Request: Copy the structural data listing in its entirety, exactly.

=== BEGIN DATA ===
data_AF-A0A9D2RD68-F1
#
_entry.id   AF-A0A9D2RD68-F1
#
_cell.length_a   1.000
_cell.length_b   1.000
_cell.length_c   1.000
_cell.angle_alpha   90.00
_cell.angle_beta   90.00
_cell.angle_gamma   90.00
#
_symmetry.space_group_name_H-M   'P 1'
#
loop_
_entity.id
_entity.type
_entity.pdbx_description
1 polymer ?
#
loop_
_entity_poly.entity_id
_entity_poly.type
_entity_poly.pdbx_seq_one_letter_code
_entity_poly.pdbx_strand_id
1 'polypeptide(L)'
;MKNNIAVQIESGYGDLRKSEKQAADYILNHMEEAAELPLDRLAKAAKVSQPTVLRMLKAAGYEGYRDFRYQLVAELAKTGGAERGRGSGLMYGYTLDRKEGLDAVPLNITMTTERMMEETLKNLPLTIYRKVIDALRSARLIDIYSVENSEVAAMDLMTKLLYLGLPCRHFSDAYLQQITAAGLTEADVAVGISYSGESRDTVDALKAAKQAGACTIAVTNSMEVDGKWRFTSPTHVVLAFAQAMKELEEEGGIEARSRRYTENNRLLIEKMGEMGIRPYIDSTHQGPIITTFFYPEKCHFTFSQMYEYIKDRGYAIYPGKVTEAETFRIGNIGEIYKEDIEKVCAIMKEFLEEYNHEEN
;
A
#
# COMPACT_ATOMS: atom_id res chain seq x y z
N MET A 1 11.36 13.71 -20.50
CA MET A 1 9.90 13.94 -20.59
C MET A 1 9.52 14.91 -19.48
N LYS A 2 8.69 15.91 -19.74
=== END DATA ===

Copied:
data_AF-A0A9D2RD68-F1
#
_entry.id   AF-A0A9D2RD68-F1
#
_cell.length_a   1.000
_cell.length_b   1.000
_cell.length_c   1.000
_cell.angle_alpha   90.00
_cell.angle_beta   90.00
_cell.angle_gamma   90.00
#
_symmetry.space_group_name_H-M   'P 1'
#
loop_
_entity.id
_entity.type
_entity.pdbx_description
1 polymer ?
#
loop_
_entity_poly.entity_id
_entity_poly.type
_entity_poly.pdbx_seq_one_letter_code
_entity_poly.pdbx_strand_id
1 'polypeptide(L)'
;MKNNIAVQIESGYGDLRKSEKQAADYILNHMEEAAELPLDRLAKAAKVSQPTVLRMLKAAGYEGYRDFRYQLVAELAKTGGAERGRGSGLMYGYTLDRKEGLDAVPLNITMTTERMMEETLKNLPLTIYRKVIDALRSARLIDIYSVENSEVAAMDLMTKLLYLGLPCRHFSDAYLQQITAAGLTEADVAVGISYSGESRDTVDALKAAKQAGACTIAVTNSMEVDGKWRFTSPTHVVLAFAQAMKELEEEGGIEARSRRYTENNRLLIEKMGEMGIRPYIDSTHQGPIITTFFYPEKCHFTFSQMYEYIKDRGYAIYPGKVTEAETFRIGNIGEIYKEDIEKVCAIMKEFLEEYNHEEN
;
A
#
# COMPACT_ATOMS: atom_id res chain seq x y z
N MET A 1 11.36 13.71 -20.50
CA MET A 1 9.90 13.94 -20.59
C MET A 1 9.52 14.91 -19.48
N LYS A 2 8.69 15.91 -19.74